J. P. Taglialatela, J. L. Russell, J. A. Schaeffer and W. D. Hopkins, “Visualizing Vocal Perception in the Chimpan- zee Brain,” Cerebral Cortex, Vol. 19, No. 5, 2009, pp. 1151-1157. doi:10.1093/cercor/bhn157
has been cited by the following article:
There are Two Different Language Systems in the Brain
Language Evolution, Grammar, Aphasia, Executive Functions
Journal of Behavioral and Brain Science,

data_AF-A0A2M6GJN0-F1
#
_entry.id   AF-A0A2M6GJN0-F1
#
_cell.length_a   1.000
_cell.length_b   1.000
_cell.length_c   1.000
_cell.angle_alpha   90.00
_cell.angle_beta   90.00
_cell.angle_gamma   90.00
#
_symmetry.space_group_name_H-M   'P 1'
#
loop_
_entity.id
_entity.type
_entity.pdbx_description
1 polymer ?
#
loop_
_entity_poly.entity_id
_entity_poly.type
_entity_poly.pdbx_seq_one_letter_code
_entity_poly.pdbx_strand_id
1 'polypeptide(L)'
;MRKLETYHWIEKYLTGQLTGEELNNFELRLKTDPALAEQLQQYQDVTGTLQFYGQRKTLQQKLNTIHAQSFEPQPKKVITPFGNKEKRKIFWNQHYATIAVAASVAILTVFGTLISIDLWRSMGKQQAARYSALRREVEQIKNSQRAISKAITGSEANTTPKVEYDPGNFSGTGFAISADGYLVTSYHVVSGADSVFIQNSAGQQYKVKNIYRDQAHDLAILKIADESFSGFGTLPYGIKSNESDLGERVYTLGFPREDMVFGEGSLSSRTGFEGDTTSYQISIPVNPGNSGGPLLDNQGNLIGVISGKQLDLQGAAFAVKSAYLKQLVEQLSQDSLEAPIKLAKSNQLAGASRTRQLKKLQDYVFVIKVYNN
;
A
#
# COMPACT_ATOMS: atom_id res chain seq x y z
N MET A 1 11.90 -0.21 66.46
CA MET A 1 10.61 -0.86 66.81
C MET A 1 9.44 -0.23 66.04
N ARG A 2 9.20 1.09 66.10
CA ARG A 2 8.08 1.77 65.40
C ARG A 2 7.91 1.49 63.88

ABSTRACT: In this paper it is emphasized that human language has two rather different dimensions corresponding to two different language systems: lexical/semantic and grammatical. These two language systems are supported by different brain structures (temporal and frontal), and based in different learning strategies (declarative and procedural). In cases of brain pathology, each one can be independently impaired (Wernicke aphasia and Broca aphasia). While the lexical/semantic language system may have appeared during human evolution long before the contemporary man, the grammatical language system probably represents a relatively recent acquisition. Language grammar may be the departing ability for the development of the metacognitive executive functions and is probably based in the ability to internally represent actions.